Vader, one of the leading providers of pirate IPTV services, has shut down. One of the most visible brands in the industry, Vader (or Vaders) reached many of its customers through a network of re-sellers. The service insists that no customer information will fall into the wrong hands but as things stand, nothing seems certain.
Over the past several years, third-party Kodi add-ons have given many Internet users a new enthusiasm for streaming live TV.
For many, the next logical step was to upgrade to a premium provider of IPTV services. For a relatively small fee, these platforms grant access to hundreds and often thousands of live channels at a fraction of the official cost.
Needless to say, few – if any – of these providers have the necessary licensing in place to conduct their business legally.
While a few prominent names have risen to the top of the pile, without doubt one of the most well-known brands is Vader. Notable for its Darth Vader logo (of which dozens of variants exist online), Vader has long been the go-to choice for IPTV fans. Now, however, the ride appears to be over.
For the past couple of days, online chatter has suggested that Vader might be about to throw in the towel. A few hours ago, that was confirmed on the service’s Telegram channel with an official announcement that Vader would be shutting down.
“We have no choice but to close down Vader. We can’t reveal much publically, but by now some of you should know through the other means what happened,” the notice begins.
“We tried everything in our power to avoid this, to avoid any outage, but enough people worked against us.”
Being a customer of a service like Vader is not like dealing with HBO or Netflix, so those expecting a clear and definitive explanation for why the service has disappeared will be disappointed. The fact that something “happened” isn’t really up for dispute but precisely what that was remains open to speculation.
TorrentFreak has received as-yet unconfirmed reports that Vader is currently the subject of an anti-piracy investigation, complicated by the departure of a member of staff a while back. We’ll seek comment from the anti-piracy group implicated before elaborating further.
The notion that Vader is on the radar of content companies will come as a surprise to absolutely no one. In addition to its live TV offering, Vader also offered catchup and many movies on demand, which was understandably problematic for the provider from a Hollywood perspective.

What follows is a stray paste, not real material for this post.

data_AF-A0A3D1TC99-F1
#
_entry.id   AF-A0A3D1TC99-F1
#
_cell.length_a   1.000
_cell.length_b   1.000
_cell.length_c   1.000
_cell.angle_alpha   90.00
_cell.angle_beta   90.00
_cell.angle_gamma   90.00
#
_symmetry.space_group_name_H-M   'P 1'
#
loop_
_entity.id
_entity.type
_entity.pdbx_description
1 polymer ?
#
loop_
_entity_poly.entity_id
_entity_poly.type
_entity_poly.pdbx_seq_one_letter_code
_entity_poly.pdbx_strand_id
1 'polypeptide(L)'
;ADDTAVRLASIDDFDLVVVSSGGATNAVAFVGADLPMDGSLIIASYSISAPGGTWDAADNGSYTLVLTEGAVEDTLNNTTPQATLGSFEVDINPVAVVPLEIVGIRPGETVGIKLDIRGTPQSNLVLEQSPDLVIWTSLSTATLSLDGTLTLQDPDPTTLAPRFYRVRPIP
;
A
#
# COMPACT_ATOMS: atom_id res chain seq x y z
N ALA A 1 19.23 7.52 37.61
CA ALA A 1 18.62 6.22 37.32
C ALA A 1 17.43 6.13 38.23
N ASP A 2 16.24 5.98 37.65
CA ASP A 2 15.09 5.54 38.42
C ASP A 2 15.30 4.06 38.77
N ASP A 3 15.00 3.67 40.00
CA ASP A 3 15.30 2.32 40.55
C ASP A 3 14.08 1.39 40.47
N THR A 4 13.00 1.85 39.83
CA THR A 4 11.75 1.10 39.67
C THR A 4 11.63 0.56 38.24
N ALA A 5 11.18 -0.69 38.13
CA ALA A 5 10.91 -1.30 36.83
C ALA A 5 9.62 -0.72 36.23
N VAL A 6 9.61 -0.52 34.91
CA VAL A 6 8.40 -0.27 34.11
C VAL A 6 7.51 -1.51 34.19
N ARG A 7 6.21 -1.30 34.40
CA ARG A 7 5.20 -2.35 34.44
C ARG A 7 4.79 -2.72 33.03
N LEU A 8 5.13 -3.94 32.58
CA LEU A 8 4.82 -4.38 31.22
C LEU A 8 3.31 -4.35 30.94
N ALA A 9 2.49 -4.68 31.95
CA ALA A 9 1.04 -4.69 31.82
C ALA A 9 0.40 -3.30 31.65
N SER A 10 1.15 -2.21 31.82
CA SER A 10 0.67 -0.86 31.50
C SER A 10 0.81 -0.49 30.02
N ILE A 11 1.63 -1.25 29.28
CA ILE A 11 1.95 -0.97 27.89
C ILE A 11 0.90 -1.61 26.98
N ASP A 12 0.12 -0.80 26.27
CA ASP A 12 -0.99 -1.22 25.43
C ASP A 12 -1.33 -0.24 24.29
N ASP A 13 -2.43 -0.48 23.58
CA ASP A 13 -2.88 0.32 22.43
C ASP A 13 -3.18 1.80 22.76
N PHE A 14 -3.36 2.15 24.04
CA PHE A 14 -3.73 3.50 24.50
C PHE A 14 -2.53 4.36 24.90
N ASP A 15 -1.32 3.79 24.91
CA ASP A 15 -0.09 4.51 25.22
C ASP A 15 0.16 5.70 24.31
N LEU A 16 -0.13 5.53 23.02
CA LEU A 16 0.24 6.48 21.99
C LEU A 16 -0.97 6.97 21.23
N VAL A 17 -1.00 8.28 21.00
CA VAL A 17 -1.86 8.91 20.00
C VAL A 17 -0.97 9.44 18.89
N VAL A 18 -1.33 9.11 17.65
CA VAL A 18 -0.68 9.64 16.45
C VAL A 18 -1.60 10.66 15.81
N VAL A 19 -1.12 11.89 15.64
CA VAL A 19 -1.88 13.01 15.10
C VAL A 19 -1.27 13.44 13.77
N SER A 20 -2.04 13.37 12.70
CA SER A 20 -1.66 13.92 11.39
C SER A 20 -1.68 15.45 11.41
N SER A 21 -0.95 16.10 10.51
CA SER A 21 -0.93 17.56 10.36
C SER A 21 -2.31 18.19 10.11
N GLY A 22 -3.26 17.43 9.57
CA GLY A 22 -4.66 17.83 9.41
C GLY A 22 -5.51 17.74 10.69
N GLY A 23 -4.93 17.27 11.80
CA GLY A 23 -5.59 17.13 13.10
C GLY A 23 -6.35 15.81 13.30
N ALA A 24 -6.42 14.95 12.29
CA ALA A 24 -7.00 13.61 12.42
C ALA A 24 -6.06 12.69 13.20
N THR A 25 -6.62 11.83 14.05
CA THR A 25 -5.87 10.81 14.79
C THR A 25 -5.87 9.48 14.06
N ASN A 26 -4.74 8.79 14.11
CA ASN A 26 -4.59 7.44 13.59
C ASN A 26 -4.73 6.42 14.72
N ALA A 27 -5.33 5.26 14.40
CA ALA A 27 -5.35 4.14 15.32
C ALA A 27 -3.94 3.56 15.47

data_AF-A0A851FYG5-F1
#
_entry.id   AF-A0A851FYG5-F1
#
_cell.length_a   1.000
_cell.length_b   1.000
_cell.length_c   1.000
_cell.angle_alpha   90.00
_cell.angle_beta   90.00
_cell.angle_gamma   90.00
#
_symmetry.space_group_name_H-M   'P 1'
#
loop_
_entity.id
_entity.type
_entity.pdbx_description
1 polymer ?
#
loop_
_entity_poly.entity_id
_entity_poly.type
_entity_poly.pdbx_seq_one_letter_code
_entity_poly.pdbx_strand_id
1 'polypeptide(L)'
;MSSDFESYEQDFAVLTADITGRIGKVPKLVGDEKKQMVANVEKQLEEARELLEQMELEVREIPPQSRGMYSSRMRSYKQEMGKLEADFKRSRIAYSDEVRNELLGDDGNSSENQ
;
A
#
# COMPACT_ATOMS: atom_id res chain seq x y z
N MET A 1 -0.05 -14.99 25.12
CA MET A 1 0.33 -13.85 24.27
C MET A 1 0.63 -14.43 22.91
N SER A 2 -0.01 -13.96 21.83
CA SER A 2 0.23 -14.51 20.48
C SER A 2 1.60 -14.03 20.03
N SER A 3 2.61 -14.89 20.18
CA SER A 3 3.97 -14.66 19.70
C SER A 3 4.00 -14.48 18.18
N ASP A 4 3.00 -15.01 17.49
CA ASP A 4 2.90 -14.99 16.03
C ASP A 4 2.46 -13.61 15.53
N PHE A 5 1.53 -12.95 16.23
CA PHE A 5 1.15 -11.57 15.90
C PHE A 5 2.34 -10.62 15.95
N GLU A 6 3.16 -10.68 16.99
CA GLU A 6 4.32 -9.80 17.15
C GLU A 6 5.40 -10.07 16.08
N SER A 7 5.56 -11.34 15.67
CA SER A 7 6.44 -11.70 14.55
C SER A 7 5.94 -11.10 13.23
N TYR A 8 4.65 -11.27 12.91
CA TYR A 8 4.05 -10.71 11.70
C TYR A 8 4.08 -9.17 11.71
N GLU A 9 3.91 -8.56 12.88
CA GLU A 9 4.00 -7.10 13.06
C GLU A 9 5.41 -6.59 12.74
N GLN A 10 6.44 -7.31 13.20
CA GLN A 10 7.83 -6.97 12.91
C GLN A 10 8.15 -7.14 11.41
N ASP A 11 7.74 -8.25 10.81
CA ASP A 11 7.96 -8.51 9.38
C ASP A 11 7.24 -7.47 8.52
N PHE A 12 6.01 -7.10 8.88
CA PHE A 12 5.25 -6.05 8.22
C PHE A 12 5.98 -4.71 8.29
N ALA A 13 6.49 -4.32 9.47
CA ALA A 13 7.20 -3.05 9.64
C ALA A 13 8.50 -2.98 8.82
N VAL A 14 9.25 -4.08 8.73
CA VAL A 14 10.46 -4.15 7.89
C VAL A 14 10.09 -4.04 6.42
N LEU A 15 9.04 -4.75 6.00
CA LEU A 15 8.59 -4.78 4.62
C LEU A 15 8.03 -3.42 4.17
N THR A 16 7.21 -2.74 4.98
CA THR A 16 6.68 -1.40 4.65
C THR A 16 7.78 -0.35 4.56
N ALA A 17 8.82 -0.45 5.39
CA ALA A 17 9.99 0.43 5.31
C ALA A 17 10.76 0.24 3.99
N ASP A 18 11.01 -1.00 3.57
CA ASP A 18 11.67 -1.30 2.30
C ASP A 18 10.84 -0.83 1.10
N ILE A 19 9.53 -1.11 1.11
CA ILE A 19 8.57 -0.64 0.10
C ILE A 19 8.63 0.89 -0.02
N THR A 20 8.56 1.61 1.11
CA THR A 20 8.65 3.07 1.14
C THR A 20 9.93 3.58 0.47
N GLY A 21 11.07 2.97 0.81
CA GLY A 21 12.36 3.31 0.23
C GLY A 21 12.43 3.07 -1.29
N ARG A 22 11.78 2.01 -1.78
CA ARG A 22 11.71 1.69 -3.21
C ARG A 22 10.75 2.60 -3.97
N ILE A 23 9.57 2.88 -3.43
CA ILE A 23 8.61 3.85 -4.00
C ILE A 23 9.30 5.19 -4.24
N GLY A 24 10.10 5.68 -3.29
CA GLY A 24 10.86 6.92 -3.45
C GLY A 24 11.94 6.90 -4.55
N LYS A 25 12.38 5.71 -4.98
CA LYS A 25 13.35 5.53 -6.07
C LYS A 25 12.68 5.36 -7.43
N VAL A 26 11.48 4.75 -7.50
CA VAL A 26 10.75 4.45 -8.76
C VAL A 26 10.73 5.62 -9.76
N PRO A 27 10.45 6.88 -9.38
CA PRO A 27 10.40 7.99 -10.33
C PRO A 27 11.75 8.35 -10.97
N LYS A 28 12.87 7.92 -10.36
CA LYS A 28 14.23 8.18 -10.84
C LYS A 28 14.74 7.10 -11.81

It’s fairly obvious that Vader was under pressure and that they feared negative consequences from continuing. However, the service has taken the time to reassure customers of all kinds that they will do their best to protect them.
“We’re going to make sure, no Email, IP, account + reseller name goes to the wrong hands. Everything will be wiped clean and that’s all,” the service’s statement adds, without further detail.
Anyone Googling the name Vader and IPTV will find themselves confronted with a dazzling array of sites that claim to be Vader. However, many of these sites are operated by “re-sellers”. These people generally have access to a ‘panel’ operated by the official Vader service which provides tools for them to offer the product to the public, while earning a profit.
Several sources indicate that these panels are no longer available. This claim is supported when accessing many of the sites that act as Vader re-sellers, whose pages dedicated to the product now invariably return 404 “Not Found” errors or divert to offerings from other providers.
This in itself is a big issue for those re-sellers. First of all, paying up front for Vader services probably means that they will lose money. Quite how much will depend on the scale of the re-seller but Vader is appealing for them not to pursue their losses.
“I understand a lot of clients will be pissed and will dispute [try to claim the money back from the source from which it was paid]. We would appreciate if everyone would take the financial losses we are all going to take, as resellers and direct sellers. But we will also understand people who will want [their] money back,” Vader adds.
The fact that Vader has shut down will send decent-sized ripples across much of the IPTV space. Of course, those behind the service and their re-sellers will take a hit, but everyone who subscribed to the platform faces losing their money too.
Former customers could try claiming the money back from their re-seller but there are already signs that some are seeking to shift their clients to alternative providers. Some are making noises about doing this for free but it’s possible that other re-sellers will head for the hills.
This is the downside of dealing with IPTV providers and/or re-sellers. The product is essentially a bargain but is subject to termination at any moment. It’s therefore often accepted that anyone who signs up should make peace with losing their money right from the start but be grateful when any service works as planned.
Signing off, the operators of Vader wish their former customers and re-sellers well. “May you find a new and welcoming home!” they conclude.
The big question now is how prepared other providers are for the influx of new subscribers. It’s not clear how close to capacity the current wave of big providers are operating, or have many subscribers Vaders had, so there could be service issues moving forward.
Many thanks to TorrentFreak for the breaking news.